Winter is a very difficult time for the elderly and their caregivers. In fact, it is during the Christmas holiday period that older people are most at risk of falling ill or having an accident, yet this is also a period during which they can be lonely due to reduced mobility, health conditions that preventing them from travelling, or having no direct relatives to turn to.
This is why it's important to ensure that you pay particular attention to the elderly during this holiday period, whether you are a caregiver, a family member, or simply a friend.
So how can you prevent loneliness of the elderly and take care of them? In this blog post, we have put together some advice for carers to help reduce the risk of accidents and bad health during this time of the year, to allow this period to be merry for all.
Accounting for reduced mobility
Often, older people being cared for do not need your help too much, are quite independent and very active. By all accounts, they’re almost completely self-sufficient.
Come Christmas time, this can change drastically.
One of the biggest problems the elderly can face during Christmas is mobility. Whether it’s frosty walkways or slippery paves, these are big dangers for the elderly which reduces their mobility and independence, making it a lot more challenging for them to run errands, visit relatives or friends, or just exercise. From the caregiver's perspective, this risk of injury as well as reduced independence can cause a lot of stress and worry.
Besides the actual risk of slipping or falling, there’s the fear of having a fall, causing older people to not be as confident when going out or even putting off doing so, which can then sometimes lead to malnourishment or loneliness. This is often because they would know of friends who have had bad falls, and a rational fear of being injured.
Making sure your loved ones have appropriate footwear is a good start. Nothing heavy like hiking boots but preferably walking shoes or good trainers that will help give their feet traction when on slippery or icy grounds. If your loved one uses a walking frame, that will certainly give them more support, if they don’t, recommend that for the Christmas period they start using a walking stick to enhance their stability.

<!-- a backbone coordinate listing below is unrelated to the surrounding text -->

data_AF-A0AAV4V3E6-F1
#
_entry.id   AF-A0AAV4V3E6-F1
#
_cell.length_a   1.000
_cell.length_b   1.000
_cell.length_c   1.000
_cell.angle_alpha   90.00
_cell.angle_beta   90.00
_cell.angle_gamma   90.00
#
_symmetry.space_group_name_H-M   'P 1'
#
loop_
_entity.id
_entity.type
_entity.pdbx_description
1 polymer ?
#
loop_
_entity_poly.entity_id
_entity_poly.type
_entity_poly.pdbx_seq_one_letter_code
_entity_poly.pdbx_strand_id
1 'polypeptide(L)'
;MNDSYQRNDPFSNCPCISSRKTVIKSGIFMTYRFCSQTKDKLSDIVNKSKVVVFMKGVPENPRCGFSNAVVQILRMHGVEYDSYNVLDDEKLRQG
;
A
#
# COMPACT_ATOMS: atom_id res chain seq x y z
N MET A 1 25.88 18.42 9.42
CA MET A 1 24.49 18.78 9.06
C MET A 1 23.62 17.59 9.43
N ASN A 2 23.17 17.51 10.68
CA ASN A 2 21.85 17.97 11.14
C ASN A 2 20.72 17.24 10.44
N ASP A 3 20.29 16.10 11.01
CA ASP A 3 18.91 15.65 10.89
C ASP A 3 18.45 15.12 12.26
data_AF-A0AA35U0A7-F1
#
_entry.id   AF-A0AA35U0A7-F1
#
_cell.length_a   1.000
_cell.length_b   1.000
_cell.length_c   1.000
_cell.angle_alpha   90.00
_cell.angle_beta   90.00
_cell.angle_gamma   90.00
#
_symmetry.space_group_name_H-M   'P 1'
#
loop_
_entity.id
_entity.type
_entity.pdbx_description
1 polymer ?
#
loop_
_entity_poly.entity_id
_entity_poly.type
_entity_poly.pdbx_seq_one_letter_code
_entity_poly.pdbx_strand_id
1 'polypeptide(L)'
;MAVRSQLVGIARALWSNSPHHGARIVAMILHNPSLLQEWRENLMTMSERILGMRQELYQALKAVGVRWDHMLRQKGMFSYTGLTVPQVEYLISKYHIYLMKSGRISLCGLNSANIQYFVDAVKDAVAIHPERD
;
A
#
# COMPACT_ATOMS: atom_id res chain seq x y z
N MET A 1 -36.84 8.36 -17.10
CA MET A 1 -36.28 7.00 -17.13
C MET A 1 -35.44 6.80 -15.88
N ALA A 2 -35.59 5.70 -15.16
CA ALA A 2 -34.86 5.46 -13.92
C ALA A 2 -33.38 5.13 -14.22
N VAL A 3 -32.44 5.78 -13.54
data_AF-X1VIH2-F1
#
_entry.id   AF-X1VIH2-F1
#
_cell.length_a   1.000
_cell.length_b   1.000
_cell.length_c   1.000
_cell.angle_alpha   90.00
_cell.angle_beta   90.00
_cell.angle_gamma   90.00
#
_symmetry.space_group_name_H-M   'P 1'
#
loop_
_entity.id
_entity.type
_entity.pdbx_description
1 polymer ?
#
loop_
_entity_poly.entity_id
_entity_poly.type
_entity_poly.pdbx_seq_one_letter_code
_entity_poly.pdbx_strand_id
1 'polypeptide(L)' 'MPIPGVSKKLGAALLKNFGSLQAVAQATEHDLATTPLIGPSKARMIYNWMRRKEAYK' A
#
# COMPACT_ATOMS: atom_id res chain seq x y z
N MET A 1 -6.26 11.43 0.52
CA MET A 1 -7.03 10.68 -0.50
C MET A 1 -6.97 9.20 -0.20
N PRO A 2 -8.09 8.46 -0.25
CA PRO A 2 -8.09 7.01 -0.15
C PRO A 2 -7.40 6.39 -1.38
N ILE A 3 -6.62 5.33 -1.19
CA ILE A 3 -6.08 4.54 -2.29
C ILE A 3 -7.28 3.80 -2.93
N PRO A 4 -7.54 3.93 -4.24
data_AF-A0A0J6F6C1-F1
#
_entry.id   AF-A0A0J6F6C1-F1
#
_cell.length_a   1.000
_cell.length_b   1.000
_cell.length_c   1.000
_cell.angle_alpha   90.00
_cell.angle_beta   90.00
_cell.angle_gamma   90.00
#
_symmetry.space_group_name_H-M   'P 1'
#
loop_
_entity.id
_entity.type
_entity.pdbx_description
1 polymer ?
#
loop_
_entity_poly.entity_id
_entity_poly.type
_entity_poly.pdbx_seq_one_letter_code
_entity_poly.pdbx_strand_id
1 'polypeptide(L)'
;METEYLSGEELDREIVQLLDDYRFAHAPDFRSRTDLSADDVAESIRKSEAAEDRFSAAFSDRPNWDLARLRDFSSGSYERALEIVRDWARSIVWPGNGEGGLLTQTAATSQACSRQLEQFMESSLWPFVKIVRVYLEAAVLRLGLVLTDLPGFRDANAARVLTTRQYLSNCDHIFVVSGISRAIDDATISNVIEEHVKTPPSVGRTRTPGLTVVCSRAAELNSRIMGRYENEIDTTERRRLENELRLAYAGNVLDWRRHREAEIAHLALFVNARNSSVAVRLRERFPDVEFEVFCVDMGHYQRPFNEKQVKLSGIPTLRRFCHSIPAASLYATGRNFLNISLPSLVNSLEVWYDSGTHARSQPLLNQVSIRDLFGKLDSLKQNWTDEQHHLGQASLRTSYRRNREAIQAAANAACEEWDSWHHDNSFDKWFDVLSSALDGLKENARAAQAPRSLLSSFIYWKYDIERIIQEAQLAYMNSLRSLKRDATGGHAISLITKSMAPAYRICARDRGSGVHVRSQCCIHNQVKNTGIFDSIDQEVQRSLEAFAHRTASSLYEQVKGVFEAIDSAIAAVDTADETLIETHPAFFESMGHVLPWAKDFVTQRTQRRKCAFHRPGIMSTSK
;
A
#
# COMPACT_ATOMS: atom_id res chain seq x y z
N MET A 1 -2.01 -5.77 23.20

If you know that your loved one’s drive or pavement does get frosty during cold weather, next time you visit them, salt or sand their drive to minimise the risks and encourage them to go out.
Ensuring that older people keep warm
Keeping warm is an important concern for the elderly, as catching a cold this time of year could lead to pneumonia or other illnesses that could be life threatening due to weaker immune systems. It is also one of caregivers’ biggest concerns, especially as they can’t be with them constantly.
One piece of advice is to make sure your loved ones wear warm clothes and possibly heating.
Take them on a shopping trip to buy some suitable clothes for the winter. It is also worth thinking about getting windproof and waterproof items to protect them from the winter weather.
Also ensure you check that their central heating is working as they probably wouldn’t go through the process of hiring a repairman, whom may also be short-staffed over Christmas.
Visiting and checking up regularly
Christmas is the busiest time of the year and your loved ones could feel, as you’re trying to get everything ready and organised, isolated and forgotten. Caregivers experience this struggle to finding time every year, trying to balance Christmas plans and looking after their loved ones. During such a festive period, loneliness and isolation can be felt more intensely, yet by not wanting to “burden” anyone, older people might restrain from reaching out if they do.
Regular phone calls can really help prevent such a feeling, and setting them up with a basic tablet to be able to video call them can truly help them feel included if they can’t be with you. The latter can be more challenging, but it can really reassure them and avoid isolation.
If you are unable to go visit someone you usually care for throughout the year during the Christmas holidays, you could look at home care services such as social companionship
. It is a type of care service providing a companion, friend and carer to your loved one. This type of home care service enables your loved one to remain fully independent, whilst also reassuring you that they are well and not alone.